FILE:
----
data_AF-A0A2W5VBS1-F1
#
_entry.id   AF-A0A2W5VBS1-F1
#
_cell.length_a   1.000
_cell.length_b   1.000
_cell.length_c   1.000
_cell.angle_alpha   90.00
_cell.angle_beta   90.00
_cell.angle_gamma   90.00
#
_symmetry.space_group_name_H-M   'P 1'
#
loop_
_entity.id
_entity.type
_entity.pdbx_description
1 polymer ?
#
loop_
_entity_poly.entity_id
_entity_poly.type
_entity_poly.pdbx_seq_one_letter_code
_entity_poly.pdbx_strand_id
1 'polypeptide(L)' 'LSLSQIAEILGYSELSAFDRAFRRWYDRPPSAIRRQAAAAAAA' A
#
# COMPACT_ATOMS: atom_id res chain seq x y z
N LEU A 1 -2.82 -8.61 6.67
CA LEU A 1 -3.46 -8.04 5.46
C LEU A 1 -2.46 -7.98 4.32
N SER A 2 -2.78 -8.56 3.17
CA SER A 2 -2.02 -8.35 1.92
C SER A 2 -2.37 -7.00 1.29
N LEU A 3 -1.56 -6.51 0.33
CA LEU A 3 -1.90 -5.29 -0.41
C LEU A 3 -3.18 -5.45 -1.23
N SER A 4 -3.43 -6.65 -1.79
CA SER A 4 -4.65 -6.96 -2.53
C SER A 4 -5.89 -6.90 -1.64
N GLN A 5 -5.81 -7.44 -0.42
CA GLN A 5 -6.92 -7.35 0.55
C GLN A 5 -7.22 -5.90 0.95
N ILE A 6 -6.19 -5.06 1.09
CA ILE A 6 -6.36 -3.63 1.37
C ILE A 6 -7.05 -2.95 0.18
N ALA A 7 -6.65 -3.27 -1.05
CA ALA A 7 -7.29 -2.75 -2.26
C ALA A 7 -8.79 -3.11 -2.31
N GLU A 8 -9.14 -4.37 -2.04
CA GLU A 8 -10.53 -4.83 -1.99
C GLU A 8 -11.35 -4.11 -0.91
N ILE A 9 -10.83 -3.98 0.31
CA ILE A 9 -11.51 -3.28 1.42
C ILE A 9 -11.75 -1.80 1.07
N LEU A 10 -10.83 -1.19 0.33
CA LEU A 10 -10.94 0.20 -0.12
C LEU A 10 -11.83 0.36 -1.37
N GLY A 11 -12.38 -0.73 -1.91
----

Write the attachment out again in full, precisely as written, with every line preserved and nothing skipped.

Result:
data_AF-A0A2W5VBS1-F1
#
_entry.id   AF-A0A2W5VBS1-F1
#
_cell.length_a   1.000
_cell.length_b   1.000
_cell.length_c   1.000
_cell.angle_alpha   90.00
_cell.angle_beta   90.00
_cell.angle_gamma   90.00
#
_symmetry.space_group_name_H-M   'P 1'
#
loop_
_entity.id
_entity.type
_entity.pdbx_description
1 polymer ?
#
loop_
_entity_poly.entity_id
_entity_poly.type
_entity_poly.pdbx_seq_one_letter_code
_entity_poly.pdbx_strand_id
1 'polypeptide(L)' 'LSLSQIAEILGYSELSAFDRAFRRWYDRPPSAIRRQAAAAAAA' A
#
# COMPACT_ATOMS: atom_id res chain seq x y z
N LEU A 1 -2.82 -8.61 6.67
CA LEU A 1 -3.46 -8.04 5.46
C LEU A 1 -2.46 -7.98 4.32
N SER A 2 -2.78 -8.56 3.17
CA SER A 2 -2.02 -8.35 1.92
C SER A 2 -2.37 -7.00 1.29
N LEU A 3 -1.56 -6.51 0.33
CA LEU A 3 -1.90 -5.29 -0.41
C LEU A 3 -3.18 -5.45 -1.23
N SER A 4 -3.43 -6.65 -1.79
CA SER A 4 -4.65 -6.96 -2.53
C SER A 4 -5.89 -6.90 -1.64
N GLN A 5 -5.81 -7.44 -0.42
CA GLN A 5 -6.92 -7.35 0.55
C GLN A 5 -7.22 -5.90 0.95
N ILE A 6 -6.19 -5.06 1.09
CA ILE A 6 -6.36 -3.63 1.37
C ILE A 6 -7.05 -2.95 0.18
N ALA A 7 -6.65 -3.27 -1.05
CA ALA A 7 -7.29 -2.75 -2.26
C ALA A 7 -8.79 -3.11 -2.31
N GLU A 8 -9.14 -4.37 -2.04
CA GLU A 8 -10.53 -4.83 -1.99
C GLU A 8 -11.35 -4.11 -0.91
N ILE A 9 -10.83 -3.98 0.31
CA ILE A 9 -11.51 -3.28 1.42
C ILE A 9 -11.75 -1.80 1.07
N LEU A 10 -10.83 -1.19 0.33
CA LEU A 10 -10.94 0.20 -0.12
C LEU A 10 -11.83 0.36 -1.37
N GLY A 11 -12.38 -0.73 -1.91